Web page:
Pictured: Kate Weiss ’21 with Connecticut Children’s Medical Center staff and some of the 80 crocheted octopuses she donated to the NICU as part of her Girl Scout Gold Award.
Senior Kate Weiss knows how to seize every opportunity and moment. And this last year, despite a pandemic and a host of challenges around it, was no different.
Kate managed to balance a passion for both the arts and sciences by stacking her schedule with choir, a capella, and theater while also diving deeper into advanced science courses and solving epidemiology cases in her public health class. The year, even with all the pandemic bumps, was her favorite year yet.
After graduation, Kate will head to Lehigh University to study population health, an area of public health she is particularly interested in, with a goal to eventually enter the Epidemic Intelligence Service (EIS) at the Centers for Disease Control and Prevention. That interest was sparked in a middle school forensic science class, and she’s been singularly focused ever since.
It’s that kind of focus that has not only allowed Kate to excel academically but also to showcase her deep intellectual curiosity with many outside-the-classroom achievements. She’s created robots that high-five as a member of the Robotics Team; extracted DNA from strawberries as head of the Science Club; and even took Walker’s to nationals in the Girls Go Cyberstart Competition, a program to encourage more girls into the field of cyber defense. “I managed to achieve my goal of completing one more challenge than I did the year before. It was so much fun and offered an intellectually stimulating break from school!” says Kate.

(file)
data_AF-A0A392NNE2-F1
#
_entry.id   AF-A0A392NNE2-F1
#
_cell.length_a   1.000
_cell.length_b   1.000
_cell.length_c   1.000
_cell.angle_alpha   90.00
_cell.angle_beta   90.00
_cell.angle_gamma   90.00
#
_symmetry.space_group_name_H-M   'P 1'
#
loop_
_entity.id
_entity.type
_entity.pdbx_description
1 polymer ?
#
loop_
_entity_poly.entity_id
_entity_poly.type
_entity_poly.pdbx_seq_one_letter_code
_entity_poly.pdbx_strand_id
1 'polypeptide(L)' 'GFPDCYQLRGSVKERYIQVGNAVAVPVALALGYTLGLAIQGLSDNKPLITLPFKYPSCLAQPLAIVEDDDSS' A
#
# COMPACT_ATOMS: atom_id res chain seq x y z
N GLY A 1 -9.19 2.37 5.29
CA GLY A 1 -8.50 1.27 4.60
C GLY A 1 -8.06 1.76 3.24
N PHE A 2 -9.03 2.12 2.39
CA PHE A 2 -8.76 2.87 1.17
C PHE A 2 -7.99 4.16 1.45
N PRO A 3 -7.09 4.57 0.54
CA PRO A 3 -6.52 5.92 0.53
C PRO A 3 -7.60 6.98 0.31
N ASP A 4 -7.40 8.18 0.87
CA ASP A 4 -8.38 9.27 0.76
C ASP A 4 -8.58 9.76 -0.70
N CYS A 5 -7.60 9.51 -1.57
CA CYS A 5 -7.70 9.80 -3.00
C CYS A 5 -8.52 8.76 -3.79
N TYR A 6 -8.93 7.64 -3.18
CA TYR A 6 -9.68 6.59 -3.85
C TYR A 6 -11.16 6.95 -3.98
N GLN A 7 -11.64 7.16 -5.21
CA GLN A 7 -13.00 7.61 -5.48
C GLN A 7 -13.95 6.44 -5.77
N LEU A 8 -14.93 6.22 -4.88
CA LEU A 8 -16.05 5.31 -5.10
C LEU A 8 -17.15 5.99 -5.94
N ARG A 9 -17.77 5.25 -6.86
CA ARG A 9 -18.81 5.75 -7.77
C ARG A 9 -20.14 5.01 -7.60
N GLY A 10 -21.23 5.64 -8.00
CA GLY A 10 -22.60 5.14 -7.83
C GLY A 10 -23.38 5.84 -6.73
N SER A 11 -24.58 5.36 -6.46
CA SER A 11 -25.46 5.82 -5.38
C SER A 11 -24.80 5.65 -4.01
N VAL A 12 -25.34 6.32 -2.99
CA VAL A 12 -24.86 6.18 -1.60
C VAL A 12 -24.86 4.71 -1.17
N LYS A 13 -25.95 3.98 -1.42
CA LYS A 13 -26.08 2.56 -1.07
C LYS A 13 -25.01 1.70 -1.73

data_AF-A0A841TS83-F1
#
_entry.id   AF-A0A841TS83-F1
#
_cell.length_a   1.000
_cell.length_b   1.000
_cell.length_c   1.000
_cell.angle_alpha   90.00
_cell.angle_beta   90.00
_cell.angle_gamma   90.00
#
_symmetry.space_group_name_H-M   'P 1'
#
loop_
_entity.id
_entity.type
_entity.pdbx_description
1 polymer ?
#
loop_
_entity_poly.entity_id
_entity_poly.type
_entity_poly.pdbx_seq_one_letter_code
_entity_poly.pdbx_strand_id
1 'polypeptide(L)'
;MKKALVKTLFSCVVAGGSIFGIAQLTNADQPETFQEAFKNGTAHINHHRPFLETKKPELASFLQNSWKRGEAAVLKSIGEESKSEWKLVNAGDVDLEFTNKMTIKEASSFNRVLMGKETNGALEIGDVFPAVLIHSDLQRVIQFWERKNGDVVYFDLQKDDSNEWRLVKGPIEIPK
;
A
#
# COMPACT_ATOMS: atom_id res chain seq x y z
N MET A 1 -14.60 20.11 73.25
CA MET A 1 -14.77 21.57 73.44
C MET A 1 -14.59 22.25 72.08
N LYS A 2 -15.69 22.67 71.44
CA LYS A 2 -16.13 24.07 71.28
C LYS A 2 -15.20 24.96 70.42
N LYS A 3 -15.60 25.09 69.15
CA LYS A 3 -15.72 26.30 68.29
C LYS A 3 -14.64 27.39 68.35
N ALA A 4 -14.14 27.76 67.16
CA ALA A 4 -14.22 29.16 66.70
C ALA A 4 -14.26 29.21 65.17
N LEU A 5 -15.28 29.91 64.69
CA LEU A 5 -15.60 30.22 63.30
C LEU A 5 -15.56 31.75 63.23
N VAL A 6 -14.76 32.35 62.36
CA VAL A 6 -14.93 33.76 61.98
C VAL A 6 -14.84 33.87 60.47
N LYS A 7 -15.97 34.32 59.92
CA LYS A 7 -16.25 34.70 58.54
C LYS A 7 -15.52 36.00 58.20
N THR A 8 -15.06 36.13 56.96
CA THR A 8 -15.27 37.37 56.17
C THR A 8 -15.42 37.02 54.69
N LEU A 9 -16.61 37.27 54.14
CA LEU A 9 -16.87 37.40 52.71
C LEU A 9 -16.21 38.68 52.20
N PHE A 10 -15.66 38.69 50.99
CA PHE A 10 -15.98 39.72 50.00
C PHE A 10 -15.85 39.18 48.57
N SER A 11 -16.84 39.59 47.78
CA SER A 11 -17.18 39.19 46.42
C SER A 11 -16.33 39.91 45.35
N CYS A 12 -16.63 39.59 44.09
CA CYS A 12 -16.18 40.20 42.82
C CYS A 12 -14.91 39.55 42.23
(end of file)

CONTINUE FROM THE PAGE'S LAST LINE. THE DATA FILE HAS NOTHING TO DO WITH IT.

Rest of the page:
Although not flush with extra time, Kate also managed to earn a prestigious Girl Scout Gold Award for stitching 80 octopuses for the Connecticut Children’s Medical Center Neonatal Intensive Unit (NICU). The project was close to home, she says, having been a premature baby and having spent time in the NICU herself. The legs of the octopus allow premature babies to believe that they are holding onto their mother’s umbilical cord as they did before they were born. Making the octopuses was her way of giving back to the nurses who helped save her life as a baby.
Looking back, though, it wasn’t all robots, coding, and awards. Kate will carry with her many memories of casual time spent with friends and special moments that a Walker’s experience brings, including opening night of musicals and singing for Rock Band.
“It’s definitely exciting to be graduating, because of the mounds of opportunities that await in college and beyond. However, I would be lying if I weren’t nervous to leave behind all I’ve known for the past four years. I’m excited to study a field I love (public health) and I know that my time at Walker’s has prepared me well.”